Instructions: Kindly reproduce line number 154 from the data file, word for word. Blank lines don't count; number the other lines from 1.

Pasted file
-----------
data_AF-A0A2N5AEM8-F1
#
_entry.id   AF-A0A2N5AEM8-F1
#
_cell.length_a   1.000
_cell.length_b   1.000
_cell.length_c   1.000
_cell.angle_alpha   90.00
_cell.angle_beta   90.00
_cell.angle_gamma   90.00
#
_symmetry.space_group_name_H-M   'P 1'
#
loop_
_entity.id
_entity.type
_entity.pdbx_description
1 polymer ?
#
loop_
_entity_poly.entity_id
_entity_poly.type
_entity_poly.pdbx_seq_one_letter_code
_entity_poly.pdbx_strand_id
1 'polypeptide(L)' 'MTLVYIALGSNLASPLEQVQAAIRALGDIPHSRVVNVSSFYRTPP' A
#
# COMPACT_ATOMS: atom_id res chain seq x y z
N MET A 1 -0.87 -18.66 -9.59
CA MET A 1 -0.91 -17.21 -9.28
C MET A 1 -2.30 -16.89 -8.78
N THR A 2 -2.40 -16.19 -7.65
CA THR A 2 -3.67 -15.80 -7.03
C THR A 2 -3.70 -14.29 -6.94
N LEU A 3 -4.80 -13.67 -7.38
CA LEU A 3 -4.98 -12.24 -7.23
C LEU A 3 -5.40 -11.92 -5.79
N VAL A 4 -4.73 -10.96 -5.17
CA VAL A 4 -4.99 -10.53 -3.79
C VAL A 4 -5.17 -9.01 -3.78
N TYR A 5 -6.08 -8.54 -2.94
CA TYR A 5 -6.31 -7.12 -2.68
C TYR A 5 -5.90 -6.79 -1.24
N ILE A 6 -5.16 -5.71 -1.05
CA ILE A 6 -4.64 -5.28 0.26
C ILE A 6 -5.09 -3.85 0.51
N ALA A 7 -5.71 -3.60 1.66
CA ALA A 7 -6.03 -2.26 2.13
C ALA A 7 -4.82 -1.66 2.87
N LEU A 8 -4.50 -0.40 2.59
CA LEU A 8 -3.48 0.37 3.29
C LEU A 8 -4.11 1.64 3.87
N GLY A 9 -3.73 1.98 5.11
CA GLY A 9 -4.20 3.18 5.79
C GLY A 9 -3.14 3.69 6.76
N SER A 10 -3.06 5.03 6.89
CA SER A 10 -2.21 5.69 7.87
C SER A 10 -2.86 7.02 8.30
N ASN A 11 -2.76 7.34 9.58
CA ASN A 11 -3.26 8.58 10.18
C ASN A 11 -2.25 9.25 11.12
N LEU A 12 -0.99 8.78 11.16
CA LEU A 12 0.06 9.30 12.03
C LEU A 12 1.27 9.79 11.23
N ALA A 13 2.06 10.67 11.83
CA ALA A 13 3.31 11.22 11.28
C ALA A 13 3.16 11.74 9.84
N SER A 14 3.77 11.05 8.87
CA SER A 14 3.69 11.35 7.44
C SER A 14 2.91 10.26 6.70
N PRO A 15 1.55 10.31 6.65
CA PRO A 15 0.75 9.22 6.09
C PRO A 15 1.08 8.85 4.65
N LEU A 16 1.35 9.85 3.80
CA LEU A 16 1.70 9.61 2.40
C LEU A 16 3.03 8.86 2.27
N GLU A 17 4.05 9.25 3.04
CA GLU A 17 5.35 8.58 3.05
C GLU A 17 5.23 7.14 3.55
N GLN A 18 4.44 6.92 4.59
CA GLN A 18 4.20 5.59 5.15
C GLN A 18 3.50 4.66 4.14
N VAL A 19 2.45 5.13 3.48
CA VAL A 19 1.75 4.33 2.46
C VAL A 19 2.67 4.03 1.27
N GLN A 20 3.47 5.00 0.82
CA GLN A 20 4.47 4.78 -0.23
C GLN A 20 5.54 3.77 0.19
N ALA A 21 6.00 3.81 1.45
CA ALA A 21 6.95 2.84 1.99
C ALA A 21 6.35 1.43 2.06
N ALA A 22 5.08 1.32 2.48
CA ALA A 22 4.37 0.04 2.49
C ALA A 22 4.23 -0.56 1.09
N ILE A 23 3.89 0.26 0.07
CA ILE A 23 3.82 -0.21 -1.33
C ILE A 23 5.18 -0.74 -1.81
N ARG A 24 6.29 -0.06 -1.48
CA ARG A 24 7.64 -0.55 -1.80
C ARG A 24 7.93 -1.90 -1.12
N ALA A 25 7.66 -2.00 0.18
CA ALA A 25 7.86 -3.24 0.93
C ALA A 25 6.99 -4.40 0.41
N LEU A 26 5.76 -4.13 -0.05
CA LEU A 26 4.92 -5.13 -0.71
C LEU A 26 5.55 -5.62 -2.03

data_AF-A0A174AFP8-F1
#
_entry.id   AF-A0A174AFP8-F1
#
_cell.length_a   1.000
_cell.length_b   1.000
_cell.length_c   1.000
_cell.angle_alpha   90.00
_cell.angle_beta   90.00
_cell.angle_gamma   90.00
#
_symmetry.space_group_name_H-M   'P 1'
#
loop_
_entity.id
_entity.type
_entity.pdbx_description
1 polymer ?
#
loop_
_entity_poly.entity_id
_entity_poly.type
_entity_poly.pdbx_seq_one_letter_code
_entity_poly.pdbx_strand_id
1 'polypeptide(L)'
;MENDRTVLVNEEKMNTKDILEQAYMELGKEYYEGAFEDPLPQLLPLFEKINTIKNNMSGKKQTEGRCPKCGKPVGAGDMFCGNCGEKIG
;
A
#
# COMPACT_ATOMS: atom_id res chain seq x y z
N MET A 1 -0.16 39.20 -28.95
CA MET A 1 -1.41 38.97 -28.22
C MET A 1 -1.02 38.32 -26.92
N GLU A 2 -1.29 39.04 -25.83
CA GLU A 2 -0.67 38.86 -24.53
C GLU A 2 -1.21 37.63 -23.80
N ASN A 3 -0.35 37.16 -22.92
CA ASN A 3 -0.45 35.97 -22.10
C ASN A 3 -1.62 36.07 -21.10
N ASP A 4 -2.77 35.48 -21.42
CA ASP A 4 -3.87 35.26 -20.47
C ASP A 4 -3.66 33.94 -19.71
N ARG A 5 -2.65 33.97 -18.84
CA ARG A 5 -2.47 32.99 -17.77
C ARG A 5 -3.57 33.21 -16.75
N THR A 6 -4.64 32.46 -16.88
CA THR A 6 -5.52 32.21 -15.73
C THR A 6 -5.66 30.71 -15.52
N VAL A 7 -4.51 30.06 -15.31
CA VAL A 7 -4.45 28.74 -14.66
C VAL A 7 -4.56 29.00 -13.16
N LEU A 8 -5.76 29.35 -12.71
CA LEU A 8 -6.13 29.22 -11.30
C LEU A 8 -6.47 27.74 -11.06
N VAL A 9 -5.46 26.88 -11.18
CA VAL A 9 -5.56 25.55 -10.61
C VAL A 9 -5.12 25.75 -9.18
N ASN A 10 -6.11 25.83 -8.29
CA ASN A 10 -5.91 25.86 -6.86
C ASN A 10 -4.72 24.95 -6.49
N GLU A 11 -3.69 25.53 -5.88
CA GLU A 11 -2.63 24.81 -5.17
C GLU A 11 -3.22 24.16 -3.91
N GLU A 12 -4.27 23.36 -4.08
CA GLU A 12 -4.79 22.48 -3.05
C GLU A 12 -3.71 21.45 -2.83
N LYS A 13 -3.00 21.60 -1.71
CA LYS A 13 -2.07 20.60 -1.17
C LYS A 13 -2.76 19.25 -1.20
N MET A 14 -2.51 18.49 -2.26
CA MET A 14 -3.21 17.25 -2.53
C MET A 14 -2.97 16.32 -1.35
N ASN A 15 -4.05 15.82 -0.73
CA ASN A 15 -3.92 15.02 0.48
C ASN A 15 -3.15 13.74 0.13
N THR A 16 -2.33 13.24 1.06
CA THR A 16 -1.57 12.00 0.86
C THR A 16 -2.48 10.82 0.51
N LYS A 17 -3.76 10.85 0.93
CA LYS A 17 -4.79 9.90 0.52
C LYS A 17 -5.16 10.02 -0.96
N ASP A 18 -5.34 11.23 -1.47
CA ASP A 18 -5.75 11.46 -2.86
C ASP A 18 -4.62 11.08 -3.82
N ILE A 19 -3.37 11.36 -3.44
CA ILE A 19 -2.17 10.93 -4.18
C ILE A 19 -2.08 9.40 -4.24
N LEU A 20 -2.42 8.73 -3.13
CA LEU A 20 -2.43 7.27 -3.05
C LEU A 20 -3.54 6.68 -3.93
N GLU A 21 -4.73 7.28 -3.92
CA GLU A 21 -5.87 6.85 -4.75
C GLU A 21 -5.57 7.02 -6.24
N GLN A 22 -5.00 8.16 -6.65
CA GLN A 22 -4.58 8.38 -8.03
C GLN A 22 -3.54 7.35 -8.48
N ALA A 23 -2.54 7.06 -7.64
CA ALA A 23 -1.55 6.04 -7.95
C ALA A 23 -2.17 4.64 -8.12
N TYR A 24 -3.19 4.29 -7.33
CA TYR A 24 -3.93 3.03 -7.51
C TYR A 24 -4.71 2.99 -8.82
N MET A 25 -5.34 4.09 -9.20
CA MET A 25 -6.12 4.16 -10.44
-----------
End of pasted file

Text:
N VAL A 7 -4.51 30.06 -15.31